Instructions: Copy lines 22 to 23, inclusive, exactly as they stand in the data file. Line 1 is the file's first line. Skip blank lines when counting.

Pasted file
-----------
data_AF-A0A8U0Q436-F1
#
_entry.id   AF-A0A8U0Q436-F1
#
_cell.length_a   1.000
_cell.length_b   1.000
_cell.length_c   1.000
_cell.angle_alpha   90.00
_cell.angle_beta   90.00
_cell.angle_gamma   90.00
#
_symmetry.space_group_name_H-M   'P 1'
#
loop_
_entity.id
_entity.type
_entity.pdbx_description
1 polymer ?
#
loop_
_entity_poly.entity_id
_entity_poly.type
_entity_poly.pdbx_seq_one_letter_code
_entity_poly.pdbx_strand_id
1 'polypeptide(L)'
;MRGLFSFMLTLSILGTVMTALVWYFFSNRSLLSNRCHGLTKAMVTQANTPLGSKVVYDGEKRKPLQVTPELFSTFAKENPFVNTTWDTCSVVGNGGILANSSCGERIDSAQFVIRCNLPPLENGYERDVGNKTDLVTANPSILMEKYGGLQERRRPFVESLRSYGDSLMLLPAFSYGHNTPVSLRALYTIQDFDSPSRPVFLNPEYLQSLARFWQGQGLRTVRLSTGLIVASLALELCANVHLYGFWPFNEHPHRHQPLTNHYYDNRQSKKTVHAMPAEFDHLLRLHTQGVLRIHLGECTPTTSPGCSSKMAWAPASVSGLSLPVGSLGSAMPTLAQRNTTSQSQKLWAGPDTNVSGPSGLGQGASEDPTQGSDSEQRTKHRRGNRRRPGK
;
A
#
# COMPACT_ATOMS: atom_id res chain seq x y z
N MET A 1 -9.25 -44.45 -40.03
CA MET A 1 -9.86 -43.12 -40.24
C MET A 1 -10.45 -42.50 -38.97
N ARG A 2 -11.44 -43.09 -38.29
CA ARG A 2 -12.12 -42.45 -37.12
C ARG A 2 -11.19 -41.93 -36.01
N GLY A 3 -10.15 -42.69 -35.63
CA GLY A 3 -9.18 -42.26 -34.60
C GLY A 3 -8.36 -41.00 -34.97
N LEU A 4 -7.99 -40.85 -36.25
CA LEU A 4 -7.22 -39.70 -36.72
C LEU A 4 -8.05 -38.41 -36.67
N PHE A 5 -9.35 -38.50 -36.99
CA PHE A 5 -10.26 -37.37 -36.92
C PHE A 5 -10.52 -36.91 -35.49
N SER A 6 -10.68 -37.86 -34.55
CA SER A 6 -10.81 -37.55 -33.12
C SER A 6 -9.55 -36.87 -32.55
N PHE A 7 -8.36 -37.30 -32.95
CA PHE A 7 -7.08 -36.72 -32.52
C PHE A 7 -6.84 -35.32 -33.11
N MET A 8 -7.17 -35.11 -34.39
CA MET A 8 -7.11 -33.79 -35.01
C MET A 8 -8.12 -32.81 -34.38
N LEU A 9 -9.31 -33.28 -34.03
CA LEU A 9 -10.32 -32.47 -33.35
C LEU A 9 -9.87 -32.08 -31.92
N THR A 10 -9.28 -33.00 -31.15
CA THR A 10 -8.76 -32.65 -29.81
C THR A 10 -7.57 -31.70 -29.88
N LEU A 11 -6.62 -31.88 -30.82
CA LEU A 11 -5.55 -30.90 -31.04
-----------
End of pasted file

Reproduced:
_entity_poly.type
_entity_poly.pdbx_seq_one_letter_code